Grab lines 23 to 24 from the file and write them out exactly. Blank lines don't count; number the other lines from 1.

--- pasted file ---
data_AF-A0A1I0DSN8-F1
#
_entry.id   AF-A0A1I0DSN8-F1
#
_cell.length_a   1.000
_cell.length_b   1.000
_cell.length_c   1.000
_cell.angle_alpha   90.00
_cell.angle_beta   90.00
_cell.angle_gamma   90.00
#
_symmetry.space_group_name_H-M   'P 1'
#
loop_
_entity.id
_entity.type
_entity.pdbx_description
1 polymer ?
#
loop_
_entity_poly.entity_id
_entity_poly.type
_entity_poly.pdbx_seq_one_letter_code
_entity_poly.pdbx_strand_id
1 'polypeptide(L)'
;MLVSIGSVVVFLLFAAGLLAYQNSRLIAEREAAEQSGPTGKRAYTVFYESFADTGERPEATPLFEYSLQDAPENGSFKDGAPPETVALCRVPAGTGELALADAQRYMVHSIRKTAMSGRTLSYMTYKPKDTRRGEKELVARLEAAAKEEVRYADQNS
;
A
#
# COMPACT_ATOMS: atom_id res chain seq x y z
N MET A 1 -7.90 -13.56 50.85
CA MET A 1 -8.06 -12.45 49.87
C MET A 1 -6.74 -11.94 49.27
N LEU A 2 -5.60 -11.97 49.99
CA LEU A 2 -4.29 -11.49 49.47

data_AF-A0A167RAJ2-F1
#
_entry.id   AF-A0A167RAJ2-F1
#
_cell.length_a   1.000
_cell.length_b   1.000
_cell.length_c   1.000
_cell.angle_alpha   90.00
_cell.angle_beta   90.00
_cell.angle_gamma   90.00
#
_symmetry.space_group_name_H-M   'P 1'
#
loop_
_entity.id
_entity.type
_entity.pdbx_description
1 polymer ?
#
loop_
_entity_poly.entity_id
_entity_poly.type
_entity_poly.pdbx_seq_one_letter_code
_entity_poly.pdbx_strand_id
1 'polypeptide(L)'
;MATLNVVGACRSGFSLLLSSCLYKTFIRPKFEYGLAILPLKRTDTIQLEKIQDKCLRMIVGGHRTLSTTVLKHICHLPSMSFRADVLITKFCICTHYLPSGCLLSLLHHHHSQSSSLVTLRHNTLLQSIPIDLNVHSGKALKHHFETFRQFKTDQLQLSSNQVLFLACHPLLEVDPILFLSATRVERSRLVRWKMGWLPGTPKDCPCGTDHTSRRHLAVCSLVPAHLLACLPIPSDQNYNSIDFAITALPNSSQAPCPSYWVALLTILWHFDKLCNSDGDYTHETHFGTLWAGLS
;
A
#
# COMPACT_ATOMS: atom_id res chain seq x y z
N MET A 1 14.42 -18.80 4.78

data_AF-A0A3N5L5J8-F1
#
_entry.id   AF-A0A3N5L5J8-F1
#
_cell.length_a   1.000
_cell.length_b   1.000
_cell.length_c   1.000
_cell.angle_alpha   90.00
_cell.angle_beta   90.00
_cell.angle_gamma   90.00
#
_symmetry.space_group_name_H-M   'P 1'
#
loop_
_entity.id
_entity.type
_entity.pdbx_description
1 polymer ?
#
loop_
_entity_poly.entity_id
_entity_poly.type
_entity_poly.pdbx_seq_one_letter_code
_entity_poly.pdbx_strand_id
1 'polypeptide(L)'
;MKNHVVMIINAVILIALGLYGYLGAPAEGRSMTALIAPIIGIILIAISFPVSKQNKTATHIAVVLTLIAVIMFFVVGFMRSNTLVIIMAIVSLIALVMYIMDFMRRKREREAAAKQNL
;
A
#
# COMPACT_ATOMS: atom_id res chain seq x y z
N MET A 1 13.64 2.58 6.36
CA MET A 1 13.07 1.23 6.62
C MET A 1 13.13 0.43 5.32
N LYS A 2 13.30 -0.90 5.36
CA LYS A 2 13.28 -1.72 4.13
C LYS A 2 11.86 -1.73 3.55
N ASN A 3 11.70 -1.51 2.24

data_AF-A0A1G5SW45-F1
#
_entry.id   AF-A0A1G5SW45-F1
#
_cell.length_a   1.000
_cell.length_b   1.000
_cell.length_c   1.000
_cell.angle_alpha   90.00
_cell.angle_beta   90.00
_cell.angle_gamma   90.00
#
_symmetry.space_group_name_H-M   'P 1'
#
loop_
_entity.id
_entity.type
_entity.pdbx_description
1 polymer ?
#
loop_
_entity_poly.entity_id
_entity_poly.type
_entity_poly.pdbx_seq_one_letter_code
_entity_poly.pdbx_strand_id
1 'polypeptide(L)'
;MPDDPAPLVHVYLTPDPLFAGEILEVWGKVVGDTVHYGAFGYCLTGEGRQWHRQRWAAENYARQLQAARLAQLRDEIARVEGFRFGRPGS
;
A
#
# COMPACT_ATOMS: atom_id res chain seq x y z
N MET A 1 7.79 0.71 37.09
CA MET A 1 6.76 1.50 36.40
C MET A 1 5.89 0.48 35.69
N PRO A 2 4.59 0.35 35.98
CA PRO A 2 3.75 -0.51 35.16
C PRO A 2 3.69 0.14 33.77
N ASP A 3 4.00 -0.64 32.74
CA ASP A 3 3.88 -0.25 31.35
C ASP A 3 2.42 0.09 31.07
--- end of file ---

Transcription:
_entity_poly.pdbx_seq_one_letter_code
_entity_poly.pdbx_strand_id